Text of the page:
2018 is quickly winding down and it won't be long before people start planning their New Year's Eve celebrations. With each new year of course always brings New Year's resolutions. Making a point to assess positive changes in your life that need to be made is never a bad thing, presuming you put some effort in to make those changes happen. That's easier said than done, however, and many of us (author raises hand) are guilty of not following through on our personal resolutions list.
Perhaps now more than ever, it's time for the United States to set some resolutions for 2019 and actually make them happen. You don't have to be a news junkie to realize that the country is facing a boatload of problems that aren't going to just magically fizzle away on their own.
So where's the country to begin with its list of New Year's resolutions?
Well, how about simply starting with health. That's certainly a pretty big umbrella and there's no shortage of issues underneath it that need to be addressed. The United States has an opioid crisis that's costing the country billions of dollars and ripping families apart. The American Psychiatric Association reported that one in three people know somebody with an opioid problem. That should be insanely terrifying to every American. Fortunately, there are efforts underway to fight the problem from states opening more methadone clinics to law enforcement rethinking how they attack the illegal sale of opioids. It's going to be an uphill battle, but it's one where winning is the only option.
Naturally, the opioid crisis is linked to our country's broken healthcare system. More people are dealing with chronic pain and illness than ever before and big pharma is leading us down a dangerous path. Insurance costs are rising and those who can't pay have either crippling medical bills or simply go without needed care and face endless days of suffering or possible death. There's hope that Congress will find a bipartisan solution with Democrats now having control of the house, but it will likely be months before we seen any signs of progress.
While the list of health issues that America needs to resolve could go on, the ever-growing problem of obesity can't be ignored. Losing weight is always at the top of New Year's resolutions lists, yet the country seems to be sliding back two steps for every one step forward. Obesity is the root cause of some of our most widespread health issues and we're passing it down from one generation to the next. Health experts estimate that three quarters of adults are obese or overweight and the problem is putting even i nfants at a disadvantage. 2019 needs to be the year that we collectively slap the Big Gulp out of our hands and start walking a more.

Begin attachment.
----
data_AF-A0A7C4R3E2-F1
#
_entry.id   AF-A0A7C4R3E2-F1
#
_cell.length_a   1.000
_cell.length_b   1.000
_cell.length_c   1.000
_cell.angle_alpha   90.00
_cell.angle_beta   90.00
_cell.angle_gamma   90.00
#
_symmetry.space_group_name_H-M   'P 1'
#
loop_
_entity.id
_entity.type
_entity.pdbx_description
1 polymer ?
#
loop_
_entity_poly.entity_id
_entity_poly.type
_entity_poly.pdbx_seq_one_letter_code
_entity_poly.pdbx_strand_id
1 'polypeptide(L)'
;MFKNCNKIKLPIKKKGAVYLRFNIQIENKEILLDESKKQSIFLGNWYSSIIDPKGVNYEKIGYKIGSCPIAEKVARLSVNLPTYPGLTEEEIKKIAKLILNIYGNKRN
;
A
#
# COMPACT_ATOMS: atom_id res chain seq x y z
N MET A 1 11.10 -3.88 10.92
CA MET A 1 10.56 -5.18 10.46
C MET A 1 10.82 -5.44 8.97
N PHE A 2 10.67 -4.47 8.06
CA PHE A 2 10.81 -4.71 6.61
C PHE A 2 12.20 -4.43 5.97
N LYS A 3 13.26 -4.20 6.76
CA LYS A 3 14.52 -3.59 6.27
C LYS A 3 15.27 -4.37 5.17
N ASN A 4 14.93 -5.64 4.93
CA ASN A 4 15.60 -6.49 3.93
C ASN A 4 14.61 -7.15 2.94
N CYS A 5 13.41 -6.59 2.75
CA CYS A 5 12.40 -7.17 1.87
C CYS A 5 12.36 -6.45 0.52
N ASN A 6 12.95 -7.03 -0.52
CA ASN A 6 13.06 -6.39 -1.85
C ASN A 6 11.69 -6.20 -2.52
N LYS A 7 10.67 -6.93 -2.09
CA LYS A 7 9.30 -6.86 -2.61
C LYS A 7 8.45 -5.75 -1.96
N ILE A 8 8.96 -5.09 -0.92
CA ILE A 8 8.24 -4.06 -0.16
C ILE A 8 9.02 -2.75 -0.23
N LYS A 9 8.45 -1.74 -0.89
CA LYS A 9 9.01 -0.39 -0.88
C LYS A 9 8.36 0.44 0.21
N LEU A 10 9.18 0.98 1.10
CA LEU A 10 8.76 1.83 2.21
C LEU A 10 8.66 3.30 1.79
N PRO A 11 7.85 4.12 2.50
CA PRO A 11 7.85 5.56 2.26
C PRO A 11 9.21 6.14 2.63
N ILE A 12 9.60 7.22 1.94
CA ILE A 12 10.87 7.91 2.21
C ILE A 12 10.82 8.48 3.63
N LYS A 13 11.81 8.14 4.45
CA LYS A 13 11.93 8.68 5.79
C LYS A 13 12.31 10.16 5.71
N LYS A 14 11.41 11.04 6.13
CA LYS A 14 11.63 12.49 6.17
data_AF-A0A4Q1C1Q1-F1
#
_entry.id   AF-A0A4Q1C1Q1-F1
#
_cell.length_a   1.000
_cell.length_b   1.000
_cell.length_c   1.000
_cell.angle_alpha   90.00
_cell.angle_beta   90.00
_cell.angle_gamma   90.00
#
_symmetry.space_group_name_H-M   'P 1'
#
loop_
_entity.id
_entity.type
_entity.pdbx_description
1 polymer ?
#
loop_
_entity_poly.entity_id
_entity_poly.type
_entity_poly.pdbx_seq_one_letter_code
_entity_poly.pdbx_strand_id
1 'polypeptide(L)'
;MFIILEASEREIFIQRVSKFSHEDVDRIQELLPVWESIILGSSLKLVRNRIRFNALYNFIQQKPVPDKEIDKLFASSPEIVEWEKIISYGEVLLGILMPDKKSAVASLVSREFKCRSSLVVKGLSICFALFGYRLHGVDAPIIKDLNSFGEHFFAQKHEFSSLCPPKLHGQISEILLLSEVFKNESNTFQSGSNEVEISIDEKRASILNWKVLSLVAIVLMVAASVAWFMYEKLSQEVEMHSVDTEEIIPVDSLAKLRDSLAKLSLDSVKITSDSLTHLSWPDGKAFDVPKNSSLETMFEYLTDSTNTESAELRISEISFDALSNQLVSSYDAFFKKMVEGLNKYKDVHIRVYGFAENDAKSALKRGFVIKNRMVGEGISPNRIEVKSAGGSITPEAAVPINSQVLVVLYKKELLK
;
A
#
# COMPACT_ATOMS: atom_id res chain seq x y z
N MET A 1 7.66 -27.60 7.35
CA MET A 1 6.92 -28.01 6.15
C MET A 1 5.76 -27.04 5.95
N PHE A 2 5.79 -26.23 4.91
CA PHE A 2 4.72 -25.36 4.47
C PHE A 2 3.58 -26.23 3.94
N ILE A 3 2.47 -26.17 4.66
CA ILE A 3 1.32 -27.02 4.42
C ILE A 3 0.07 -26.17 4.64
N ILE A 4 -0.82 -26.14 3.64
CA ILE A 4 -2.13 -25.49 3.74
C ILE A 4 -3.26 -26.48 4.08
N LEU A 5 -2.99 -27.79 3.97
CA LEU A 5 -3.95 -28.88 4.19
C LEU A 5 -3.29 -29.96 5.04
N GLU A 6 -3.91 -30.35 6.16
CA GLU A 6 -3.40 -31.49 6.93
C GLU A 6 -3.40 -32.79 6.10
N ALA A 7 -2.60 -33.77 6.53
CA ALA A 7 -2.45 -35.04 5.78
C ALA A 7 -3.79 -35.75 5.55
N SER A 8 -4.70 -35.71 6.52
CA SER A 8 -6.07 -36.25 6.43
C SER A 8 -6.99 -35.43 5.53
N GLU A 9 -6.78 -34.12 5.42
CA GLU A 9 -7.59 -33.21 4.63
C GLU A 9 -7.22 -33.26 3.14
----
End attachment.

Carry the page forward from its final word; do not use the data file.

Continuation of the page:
Health problems might be at the top of our nations' New Year's resolutions list, however, there's a plethora of other issues that we must make headway with in 2019. It's been just over a week since the mass shooting at the Borderline Grill in Thousand Oaks, California and not even a month since a madman gunned down innocents at a synagogue in Pittsburgh. #EnoughisEnough hashtags have been floating around for years, yet the issue of rising gun violence remains.
A recent eye-opening piece by two emergency room physicians in Scientific American expertly highlights that right now we as a nation have a target on our back.
[blockquote]"Indeed, every day, more than 100 people across the United States die from a firearm injury. Two thirds of these deaths are suicides by firearm. Nine each day happen to children. Fifty victims each month are women who are felled by domestic violence with firearms."[/blockquote]
It can't just be about addressing gun laws or prioritizing mental health (there's that health umbrella again) but must entail a combination of both. Shouldn't 2019 be the year that the politicians in Washington make some real change happen?
Thankfully, solving the problems of gun violence, opioid addiction, and obesity are issues within our grasp -- if we're willing to hold politicians, ourselves, and our neighbors accountable. None of these issues will be met with overnight solutions, but through diligent behavior at home and in our communities, maybe we can make our country's list of New Year's resolutions for 2020 at little bit shorter.